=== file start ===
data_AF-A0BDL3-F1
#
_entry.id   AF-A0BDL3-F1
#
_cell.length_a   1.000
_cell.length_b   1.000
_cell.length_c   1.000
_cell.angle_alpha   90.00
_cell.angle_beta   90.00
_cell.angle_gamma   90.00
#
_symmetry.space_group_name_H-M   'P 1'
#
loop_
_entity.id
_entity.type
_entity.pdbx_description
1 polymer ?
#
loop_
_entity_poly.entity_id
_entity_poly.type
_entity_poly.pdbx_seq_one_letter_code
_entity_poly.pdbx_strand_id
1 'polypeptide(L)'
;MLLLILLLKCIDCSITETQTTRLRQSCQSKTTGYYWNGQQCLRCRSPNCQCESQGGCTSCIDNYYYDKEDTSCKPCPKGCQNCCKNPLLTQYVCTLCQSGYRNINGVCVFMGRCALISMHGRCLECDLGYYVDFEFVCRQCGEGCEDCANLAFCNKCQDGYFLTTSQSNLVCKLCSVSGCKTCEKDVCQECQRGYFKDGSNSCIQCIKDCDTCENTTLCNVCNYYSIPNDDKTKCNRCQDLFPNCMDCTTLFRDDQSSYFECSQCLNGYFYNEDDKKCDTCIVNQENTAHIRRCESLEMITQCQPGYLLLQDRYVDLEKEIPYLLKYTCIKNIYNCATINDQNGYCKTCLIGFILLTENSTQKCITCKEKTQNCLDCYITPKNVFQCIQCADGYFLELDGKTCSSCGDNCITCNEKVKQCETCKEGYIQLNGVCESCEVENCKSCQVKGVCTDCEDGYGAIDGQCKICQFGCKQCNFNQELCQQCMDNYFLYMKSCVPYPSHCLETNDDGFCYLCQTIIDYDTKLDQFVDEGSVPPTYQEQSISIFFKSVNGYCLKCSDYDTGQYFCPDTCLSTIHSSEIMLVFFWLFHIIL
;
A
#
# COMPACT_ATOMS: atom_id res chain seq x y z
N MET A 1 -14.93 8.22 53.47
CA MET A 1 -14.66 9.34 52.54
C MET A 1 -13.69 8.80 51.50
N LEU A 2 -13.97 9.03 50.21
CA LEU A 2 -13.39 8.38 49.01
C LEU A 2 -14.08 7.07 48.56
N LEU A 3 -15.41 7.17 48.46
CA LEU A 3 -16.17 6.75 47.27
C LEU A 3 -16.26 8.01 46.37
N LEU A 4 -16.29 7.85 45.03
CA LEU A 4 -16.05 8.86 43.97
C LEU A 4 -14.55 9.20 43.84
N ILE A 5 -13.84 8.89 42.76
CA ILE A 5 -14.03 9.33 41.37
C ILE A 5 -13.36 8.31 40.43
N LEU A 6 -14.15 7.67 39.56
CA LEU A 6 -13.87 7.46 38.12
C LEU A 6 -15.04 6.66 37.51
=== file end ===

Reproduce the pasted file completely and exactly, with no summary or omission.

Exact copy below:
data_AF-A0BDL3-F1
#
_entry.id   AF-A0BDL3-F1
#
_cell.length_a   1.000
_cell.length_b   1.000
_cell.length_c   1.000
_cell.angle_alpha   90.00
_cell.angle_beta   90.00
_cell.angle_gamma   90.00
#
_symmetry.space_group_name_H-M   'P 1'
#
loop_
_entity.id
_entity.type
_entity.pdbx_description
1 polymer ?
#
loop_
_entity_poly.entity_id
_entity_poly.type
_entity_poly.pdbx_seq_one_letter_code
_entity_poly.pdbx_strand_id
1 'polypeptide(L)'
;MLLLILLLKCIDCSITETQTTRLRQSCQSKTTGYYWNGQQCLRCRSPNCQCESQGGCTSCIDNYYYDKEDTSCKPCPKGCQNCCKNPLLTQYVCTLCQSGYRNINGVCVFMGRCALISMHGRCLECDLGYYVDFEFVCRQCGEGCEDCANLAFCNKCQDGYFLTTSQSNLVCKLCSVSGCKTCEKDVCQECQRGYFKDGSNSCIQCIKDCDTCENTTLCNVCNYYSIPNDDKTKCNRCQDLFPNCMDCTTLFRDDQSSYFECSQCLNGYFYNEDDKKCDTCIVNQENTAHIRRCESLEMITQCQPGYLLLQDRYVDLEKEIPYLLKYTCIKNIYNCATINDQNGYCKTCLIGFILLTENSTQKCITCKEKTQNCLDCYITPKNVFQCIQCADGYFLELDGKTCSSCGDNCITCNEKVKQCETCKEGYIQLNGVCESCEVENCKSCQVKGVCTDCEDGYGAIDGQCKICQFGCKQCNFNQELCQQCMDNYFLYMKSCVPYPSHCLETNDDGFCYLCQTIIDYDTKLDQFVDEGSVPPTYQEQSISIFFKSVNGYCLKCSDYDTGQYFCPDTCLSTIHSSEIMLVFFWLFHIIL
;
A
#
# COMPACT_ATOMS: atom_id res chain seq x y z
N MET A 1 -14.93 8.22 53.47
CA MET A 1 -14.66 9.34 52.54
C MET A 1 -13.69 8.80 51.50
N LEU A 2 -13.97 9.03 50.21
CA LEU A 2 -13.39 8.38 49.01
C LEU A 2 -14.08 7.07 48.56
N LEU A 3 -15.41 7.17 48.46
CA LEU A 3 -16.17 6.75 47.27
C LEU A 3 -16.26 8.01 46.37
N LEU A 4 -16.29 7.85 45.03
CA LEU A 4 -16.05 8.86 43.97
C LEU A 4 -14.55 9.20 43.84
N ILE A 5 -13.84 8.89 42.76
CA ILE A 5 -14.03 9.33 41.37
C ILE A 5 -13.36 8.31 40.43
N LEU A 6 -14.15 7.67 39.56
CA LEU A 6 -13.87 7.46 38.12
C LEU A 6 -15.04 6.66 37.51